Tuesday, June 18, 2013

Inside Korean culture: Aegyo

[Source: Seoulistic/Youtube]

Aegyo is, as the video below explains, the act of being cute (to get something you want). I came across this while gathering materials for a lesson on talking about Korean culture in English. The HS grade 1 textbook includes a long section on aspects of Korean culture and I thought I'd expand on it. As aegyo's an integral part of young Korean girls' speech, it seemed a natural fit for the class: Everyone knows what it is, what it does, and what it looks like, but few knew how to explain it in English. Until now. 

I've long known about aegyo though various sites about Korea and have even done some of the expressions in class before. It never fails to excite the students! Evidently the sight of a grown man acting like a teenaged/twenty-something girl is simultaneously hilarious and wrong to them. No matter, I do it anyway because aegyo's hilariously childish. The boys may loathe it and the girls may laugh self-consciously, but the boys usually fall for it anyway. Aegyo's everywhere around here.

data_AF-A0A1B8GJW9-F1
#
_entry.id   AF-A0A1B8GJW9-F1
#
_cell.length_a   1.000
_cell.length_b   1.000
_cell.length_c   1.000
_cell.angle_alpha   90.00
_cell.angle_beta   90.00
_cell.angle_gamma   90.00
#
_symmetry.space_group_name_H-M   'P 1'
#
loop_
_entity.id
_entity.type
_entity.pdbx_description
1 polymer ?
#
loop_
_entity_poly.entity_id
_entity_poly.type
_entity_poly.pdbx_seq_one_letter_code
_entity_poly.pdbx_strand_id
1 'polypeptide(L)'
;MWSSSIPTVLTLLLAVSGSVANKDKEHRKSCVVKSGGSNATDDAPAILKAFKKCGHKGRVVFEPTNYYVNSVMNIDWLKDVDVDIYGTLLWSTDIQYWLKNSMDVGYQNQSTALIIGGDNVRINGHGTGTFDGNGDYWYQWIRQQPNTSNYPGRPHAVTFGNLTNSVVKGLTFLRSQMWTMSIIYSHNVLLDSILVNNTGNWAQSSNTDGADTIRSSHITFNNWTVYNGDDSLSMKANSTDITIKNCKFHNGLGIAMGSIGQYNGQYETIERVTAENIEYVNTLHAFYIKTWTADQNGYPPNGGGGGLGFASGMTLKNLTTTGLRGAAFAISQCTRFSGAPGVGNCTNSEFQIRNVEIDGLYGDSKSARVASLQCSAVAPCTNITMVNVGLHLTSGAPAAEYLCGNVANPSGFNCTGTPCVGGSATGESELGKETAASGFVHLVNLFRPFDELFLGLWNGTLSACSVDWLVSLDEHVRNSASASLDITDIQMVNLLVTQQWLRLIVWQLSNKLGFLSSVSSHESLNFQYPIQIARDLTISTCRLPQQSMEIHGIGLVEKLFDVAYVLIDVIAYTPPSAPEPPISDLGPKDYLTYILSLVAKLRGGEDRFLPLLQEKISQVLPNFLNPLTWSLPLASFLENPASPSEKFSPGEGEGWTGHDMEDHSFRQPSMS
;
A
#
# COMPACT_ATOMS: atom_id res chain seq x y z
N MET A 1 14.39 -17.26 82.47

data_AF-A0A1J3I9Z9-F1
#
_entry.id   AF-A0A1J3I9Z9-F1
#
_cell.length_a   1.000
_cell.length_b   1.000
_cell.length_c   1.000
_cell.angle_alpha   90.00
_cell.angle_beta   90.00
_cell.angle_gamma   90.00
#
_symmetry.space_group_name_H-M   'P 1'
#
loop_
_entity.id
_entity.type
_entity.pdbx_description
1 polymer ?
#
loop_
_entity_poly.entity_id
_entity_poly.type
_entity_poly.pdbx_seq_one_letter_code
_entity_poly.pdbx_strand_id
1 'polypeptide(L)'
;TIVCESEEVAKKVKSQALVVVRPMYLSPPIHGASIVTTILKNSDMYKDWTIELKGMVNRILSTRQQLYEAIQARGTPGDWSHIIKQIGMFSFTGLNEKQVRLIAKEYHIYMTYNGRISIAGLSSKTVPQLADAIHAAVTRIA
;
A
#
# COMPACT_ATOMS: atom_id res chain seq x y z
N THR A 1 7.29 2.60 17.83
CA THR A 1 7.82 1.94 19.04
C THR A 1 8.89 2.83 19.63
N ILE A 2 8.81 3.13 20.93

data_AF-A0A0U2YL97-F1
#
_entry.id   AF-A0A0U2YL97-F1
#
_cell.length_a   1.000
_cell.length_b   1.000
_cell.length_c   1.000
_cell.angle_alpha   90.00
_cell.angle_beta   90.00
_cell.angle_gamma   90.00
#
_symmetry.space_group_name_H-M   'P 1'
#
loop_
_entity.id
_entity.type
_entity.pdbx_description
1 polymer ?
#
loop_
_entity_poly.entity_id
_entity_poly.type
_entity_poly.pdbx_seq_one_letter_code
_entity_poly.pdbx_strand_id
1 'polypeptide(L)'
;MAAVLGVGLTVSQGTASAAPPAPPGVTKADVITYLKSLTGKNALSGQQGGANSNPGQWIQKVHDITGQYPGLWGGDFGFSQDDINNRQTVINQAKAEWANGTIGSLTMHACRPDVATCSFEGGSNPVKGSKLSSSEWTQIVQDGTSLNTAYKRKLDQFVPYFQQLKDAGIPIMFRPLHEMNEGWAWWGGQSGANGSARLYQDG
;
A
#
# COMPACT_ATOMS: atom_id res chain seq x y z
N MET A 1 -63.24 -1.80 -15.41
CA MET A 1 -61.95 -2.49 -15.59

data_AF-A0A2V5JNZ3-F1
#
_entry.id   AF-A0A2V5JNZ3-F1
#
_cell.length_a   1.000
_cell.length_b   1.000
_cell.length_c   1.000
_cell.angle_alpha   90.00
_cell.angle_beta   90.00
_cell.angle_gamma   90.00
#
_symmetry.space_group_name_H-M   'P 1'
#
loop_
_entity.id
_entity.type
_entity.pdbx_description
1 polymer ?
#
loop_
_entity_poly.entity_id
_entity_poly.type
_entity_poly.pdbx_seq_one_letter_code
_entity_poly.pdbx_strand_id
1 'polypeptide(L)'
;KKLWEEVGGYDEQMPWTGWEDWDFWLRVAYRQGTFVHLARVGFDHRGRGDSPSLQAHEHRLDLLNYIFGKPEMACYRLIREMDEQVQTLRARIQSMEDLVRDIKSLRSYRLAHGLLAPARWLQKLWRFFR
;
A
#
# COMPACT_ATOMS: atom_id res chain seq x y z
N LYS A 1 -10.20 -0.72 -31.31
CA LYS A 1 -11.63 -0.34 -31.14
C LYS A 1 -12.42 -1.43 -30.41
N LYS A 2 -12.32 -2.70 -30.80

For the class, I brought up the subject and passed out the Y-chart I linked below. I asked the students to consider what aegyo looks like, sounds like, and what it can be defined as. We discussed the subject for a few minutes to get them thinking before I showed the video. After the video finished, we talked some more about what they saw and whether they agreed with it. Doing so brought out some of the students out of their self-imposed shells and we had fun talking about aegyo. From there, we continued on with discussing other aspects of Korea. The lessons have been good so far, but the more I think about it, they can get better. It may be better to give the students some time to pair up and get some ideas down before talking to the rest of the class. I'll try that one today and see how it goes.

Until next time...

The picture of the chalkboard features notes from one of the classes and includes a drawing of what aegyo can look like. The girl who drew it employs the technique daily, as it happens. 

Mimi drew the picture. It's a variation on one she'd drawn in class before.


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